Laser scanner measurements for exact data material

Sometime it could happen that the existing documents are not usable - for example, if blueprints from an older production building are not accurate - EK Automation meanwhile offers the service of measuring the facilities down to the millimetre. “For this purpose we use a special laser scanner,” Florian Johannsen explains. The state-of-the-art 3D laser scanner allows us to measure the entire visible environment of a room and to visualise it in a three-dimensional digital model. Numerous single scans are combined to create a so-called point cloud of a room, which shows the exact layout of the measured objects. The experts at EK Automation use this data to create an overall model of the room in 2D or 3D view on the computer. This method enables the documentation of the interiors of large and complex buildings with high precision. Non-contact measurement of shapes and distances even makes it possible to measure remote areas that are difficult to access. The collected data, such as lengths, dimensions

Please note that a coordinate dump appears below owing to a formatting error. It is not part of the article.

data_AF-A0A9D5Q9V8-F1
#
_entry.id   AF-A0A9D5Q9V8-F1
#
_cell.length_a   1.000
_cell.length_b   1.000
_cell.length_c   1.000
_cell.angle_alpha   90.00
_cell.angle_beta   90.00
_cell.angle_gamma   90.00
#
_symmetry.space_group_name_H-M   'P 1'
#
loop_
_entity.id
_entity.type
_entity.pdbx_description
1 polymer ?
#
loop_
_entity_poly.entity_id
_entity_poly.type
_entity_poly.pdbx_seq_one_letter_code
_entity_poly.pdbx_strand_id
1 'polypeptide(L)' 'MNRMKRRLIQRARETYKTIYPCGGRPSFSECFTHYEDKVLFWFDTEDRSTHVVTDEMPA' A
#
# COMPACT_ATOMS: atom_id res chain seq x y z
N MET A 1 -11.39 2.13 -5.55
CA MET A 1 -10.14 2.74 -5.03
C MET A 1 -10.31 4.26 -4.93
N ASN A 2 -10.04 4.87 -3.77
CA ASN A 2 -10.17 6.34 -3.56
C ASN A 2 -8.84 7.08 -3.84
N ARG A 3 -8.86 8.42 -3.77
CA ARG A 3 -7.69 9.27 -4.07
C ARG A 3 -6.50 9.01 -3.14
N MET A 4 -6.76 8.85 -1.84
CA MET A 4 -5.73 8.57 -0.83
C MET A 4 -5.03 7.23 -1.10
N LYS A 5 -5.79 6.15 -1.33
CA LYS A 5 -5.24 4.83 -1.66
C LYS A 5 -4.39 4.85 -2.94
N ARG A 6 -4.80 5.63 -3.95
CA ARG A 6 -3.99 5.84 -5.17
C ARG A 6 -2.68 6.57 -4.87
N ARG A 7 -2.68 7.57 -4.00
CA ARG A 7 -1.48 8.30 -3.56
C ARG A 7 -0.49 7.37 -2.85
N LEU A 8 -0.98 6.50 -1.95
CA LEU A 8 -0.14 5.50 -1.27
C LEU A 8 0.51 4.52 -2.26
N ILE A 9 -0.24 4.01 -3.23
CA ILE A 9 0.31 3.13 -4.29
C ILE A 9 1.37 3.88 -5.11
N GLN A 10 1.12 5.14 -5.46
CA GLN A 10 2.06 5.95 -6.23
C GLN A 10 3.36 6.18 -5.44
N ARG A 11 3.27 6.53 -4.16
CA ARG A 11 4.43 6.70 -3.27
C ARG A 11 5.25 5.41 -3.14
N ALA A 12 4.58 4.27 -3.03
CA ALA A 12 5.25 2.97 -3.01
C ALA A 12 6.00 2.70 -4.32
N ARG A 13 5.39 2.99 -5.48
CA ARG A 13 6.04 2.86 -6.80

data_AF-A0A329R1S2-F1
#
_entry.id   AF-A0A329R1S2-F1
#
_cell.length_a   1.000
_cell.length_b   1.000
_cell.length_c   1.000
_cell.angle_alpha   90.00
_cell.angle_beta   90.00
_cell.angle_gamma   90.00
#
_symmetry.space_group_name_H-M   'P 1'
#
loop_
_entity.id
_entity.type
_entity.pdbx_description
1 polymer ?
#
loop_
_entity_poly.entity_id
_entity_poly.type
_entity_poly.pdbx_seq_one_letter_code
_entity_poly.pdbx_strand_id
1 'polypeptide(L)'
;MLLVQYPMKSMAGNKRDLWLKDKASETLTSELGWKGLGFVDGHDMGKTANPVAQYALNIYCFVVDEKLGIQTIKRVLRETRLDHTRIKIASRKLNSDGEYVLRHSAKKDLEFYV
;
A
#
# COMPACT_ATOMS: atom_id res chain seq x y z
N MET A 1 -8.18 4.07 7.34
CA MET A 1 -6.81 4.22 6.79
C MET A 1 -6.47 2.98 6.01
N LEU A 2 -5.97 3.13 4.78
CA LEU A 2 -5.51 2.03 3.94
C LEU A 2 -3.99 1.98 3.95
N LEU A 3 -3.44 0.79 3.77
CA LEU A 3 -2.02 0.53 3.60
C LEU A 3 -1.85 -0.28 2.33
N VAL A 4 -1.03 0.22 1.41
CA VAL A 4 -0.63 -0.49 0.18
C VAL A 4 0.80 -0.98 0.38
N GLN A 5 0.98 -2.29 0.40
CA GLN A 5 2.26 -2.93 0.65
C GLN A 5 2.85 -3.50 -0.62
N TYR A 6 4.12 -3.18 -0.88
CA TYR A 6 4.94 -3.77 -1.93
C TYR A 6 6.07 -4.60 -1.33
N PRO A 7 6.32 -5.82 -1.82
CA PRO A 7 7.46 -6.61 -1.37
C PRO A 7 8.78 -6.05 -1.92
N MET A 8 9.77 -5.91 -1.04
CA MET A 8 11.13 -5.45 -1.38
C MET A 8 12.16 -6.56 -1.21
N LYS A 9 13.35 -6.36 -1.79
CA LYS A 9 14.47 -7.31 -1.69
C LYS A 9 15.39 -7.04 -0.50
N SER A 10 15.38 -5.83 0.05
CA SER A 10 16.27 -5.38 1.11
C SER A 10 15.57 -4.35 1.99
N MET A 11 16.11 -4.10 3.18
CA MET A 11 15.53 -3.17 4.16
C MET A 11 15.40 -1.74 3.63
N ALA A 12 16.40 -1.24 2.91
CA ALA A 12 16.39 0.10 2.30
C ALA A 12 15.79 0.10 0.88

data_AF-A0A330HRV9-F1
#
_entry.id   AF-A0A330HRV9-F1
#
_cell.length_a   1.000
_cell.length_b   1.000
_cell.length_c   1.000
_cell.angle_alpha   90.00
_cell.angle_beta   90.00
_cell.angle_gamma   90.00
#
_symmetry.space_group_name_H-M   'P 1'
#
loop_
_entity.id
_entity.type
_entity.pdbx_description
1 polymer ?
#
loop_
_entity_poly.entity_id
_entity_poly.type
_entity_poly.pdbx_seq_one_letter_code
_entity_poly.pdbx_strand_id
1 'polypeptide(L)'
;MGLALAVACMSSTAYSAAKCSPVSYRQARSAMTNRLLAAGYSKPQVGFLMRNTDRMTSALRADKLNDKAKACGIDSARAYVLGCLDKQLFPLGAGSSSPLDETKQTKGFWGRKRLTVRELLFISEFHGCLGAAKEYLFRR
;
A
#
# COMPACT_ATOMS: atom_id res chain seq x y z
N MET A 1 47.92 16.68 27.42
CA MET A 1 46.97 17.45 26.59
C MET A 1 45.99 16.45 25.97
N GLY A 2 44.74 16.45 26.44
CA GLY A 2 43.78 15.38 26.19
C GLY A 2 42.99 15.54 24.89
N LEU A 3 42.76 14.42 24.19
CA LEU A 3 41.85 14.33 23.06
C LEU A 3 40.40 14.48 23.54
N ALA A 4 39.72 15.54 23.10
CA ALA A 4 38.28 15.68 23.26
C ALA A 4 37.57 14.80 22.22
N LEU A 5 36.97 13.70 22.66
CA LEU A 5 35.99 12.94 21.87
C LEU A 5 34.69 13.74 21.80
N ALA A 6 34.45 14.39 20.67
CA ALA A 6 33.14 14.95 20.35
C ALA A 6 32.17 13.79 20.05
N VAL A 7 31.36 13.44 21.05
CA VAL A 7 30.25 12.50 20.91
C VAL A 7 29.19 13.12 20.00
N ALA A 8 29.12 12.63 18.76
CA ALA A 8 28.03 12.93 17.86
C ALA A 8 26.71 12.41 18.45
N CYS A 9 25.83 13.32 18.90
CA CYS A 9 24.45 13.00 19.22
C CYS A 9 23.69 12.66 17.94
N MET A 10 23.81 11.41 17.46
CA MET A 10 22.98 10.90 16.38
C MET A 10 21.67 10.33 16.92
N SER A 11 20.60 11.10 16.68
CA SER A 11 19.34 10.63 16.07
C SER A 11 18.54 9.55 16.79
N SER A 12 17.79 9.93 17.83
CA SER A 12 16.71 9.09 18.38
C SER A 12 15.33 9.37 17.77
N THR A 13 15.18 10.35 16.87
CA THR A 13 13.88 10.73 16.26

of walls, passageways, windows or doors, and many other specifications, are then available “on click” for creating simulations and for a future implementation of the transport robotics concepts. In the numerous possibilities that are analysed by using the model, there are two major unknown facts that can only be determined on behalf of the simulation: the empty runs of the transport vehicles and the potential traffic jams. The simulation’s purpose is to identify and minimise these factors. Furthermore, the visualisation of natural fluctuations can be only seen via the simulation. So very often it is necessary to consider other factors that have little or nothing to do with the actual transport system and that affect the entire material flow process, such as the cycle time of the systems, the speed or the buffer capacity of the conveyor belts. When planning a new system, the simulation makes it possible to compare different concepts and to develop diverse transport strategies. But simulations are also used for existing systems. For example, that makes it possible to determine exactly where to look for the bottlenecks in the system.

Early identification of planning risks